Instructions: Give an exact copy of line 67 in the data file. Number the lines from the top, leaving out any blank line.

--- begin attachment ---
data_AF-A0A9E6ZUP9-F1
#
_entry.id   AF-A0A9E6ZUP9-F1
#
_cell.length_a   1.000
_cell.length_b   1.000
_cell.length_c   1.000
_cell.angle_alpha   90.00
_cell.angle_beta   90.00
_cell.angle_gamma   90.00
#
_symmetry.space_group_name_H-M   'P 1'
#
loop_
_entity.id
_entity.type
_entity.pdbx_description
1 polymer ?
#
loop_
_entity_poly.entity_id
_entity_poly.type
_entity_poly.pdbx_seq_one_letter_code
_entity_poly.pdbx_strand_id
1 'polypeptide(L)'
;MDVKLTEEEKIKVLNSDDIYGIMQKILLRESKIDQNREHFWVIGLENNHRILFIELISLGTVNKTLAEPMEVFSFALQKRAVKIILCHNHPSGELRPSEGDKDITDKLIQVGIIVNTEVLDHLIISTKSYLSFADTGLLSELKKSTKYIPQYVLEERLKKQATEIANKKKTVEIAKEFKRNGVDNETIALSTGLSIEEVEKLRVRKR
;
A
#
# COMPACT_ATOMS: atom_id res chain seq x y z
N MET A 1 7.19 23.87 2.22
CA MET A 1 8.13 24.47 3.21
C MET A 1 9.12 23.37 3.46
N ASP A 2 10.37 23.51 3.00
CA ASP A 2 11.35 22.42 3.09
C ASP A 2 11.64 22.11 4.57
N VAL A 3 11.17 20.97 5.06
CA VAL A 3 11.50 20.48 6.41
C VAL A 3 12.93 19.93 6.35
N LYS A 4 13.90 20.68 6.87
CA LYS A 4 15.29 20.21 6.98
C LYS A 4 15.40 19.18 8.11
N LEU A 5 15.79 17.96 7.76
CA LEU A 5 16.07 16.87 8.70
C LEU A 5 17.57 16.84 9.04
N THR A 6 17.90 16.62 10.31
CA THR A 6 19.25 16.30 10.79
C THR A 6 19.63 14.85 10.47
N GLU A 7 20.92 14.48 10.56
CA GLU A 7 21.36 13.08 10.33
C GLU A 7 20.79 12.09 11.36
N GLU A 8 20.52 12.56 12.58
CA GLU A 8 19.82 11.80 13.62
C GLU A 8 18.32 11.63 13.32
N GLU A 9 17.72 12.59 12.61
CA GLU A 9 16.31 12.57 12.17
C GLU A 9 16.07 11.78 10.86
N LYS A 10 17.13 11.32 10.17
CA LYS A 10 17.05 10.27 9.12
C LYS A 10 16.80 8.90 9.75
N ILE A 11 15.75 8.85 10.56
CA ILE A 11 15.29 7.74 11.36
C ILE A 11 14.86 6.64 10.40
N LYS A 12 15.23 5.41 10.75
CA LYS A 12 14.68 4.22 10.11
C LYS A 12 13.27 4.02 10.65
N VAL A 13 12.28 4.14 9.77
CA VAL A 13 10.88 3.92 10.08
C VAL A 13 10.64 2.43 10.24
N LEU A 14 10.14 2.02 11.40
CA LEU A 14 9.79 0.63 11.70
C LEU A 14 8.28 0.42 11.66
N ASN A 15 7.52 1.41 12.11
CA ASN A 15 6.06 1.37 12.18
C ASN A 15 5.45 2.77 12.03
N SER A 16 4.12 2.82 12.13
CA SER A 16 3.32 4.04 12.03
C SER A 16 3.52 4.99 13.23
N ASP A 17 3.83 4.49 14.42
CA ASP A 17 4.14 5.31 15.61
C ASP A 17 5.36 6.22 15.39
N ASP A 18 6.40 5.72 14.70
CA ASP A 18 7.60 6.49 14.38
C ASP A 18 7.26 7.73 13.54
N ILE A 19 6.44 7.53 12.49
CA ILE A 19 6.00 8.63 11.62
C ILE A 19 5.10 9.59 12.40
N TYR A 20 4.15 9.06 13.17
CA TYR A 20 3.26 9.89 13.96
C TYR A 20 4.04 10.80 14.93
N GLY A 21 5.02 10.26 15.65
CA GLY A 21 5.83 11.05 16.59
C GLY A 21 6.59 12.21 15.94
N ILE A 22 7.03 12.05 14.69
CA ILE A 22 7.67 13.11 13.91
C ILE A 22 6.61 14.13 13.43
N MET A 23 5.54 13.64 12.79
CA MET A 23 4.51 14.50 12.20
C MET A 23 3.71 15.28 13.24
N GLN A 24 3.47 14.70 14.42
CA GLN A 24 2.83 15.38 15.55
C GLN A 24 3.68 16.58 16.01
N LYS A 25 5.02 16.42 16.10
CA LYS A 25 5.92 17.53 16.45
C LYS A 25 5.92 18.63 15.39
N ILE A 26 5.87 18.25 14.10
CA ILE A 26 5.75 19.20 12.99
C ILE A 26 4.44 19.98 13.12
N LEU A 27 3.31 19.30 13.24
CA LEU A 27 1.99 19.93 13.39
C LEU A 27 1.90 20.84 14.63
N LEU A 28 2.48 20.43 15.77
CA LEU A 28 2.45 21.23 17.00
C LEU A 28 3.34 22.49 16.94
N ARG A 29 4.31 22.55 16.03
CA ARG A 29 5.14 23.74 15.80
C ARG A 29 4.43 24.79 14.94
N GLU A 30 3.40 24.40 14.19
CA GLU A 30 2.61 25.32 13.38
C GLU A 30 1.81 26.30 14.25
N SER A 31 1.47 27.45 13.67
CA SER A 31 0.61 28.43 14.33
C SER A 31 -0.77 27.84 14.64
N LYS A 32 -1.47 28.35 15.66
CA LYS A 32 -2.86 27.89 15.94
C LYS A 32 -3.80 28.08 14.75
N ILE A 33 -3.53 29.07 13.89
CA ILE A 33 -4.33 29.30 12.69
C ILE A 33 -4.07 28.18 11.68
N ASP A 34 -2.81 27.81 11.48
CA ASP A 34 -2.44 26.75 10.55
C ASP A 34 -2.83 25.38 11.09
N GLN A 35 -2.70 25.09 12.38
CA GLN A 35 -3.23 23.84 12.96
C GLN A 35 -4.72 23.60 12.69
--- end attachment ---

N VAL A 13 12.28 4.14 9.77